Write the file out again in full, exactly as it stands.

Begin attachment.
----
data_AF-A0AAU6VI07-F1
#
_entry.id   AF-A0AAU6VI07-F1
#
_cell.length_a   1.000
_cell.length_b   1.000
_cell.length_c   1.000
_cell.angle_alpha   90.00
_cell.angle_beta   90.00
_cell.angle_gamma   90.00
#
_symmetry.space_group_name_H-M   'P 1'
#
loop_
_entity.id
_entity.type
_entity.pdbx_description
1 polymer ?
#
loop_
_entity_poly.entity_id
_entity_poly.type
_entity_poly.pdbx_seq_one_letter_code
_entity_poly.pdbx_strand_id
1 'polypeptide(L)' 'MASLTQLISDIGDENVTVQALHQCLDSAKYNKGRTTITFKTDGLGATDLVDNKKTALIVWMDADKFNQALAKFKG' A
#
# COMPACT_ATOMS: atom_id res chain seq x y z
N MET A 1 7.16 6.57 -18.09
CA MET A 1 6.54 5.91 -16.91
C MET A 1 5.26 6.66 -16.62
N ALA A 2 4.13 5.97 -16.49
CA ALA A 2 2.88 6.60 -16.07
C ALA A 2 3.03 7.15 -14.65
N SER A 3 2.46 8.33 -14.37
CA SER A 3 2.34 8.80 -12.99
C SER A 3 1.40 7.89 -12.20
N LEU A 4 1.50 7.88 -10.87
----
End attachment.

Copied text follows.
data_AF-A0AAU6VI07-F1
#
_entry.id   AF-A0AAU6VI07-F1
#
_cell.length_a   1.000
_cell.length_b   1.000
_cell.length_c   1.000
_cell.angle_alpha   90.00
_cell.angle_beta   90.00
_cell.angle_gamma   90.00
#
_symmetry.space_group_name_H-M   'P 1'
#
loop_
_entity.id
_entity.type
_entity.pdbx_description
1 polymer ?
#
loop_
_entity_poly.entity_id
_entity_poly.type
_entity_poly.pdbx_seq_one_letter_code
_entity_poly.pdbx_strand_id
1 'polypeptide(L)' 'MASLTQLISDIGDENVTVQALHQCLDSAKYNKGRTTITFKTDGLGATDLVDNKKTALIVWMDADKFNQALAKFKG' A
#
# COMPACT_ATOMS: atom_id res chain seq x y z
N MET A 1 7.16 6.57 -18.09
CA MET A 1 6.54 5.91 -16.91
C MET A 1 5.26 6.66 -16.62
N ALA A 2 4.13 5.97 -16.49
CA ALA A 2 2.88 6.60 -16.07
C ALA A 2 3.03 7.15 -14.65
N SER A 3 2.46 8.33 -14.37
CA SER A 3 2.34 8.80 -12.99
C SER A 3 1.40 7.89 -12.20
N LEU A 4 1.50 7.88 -10.87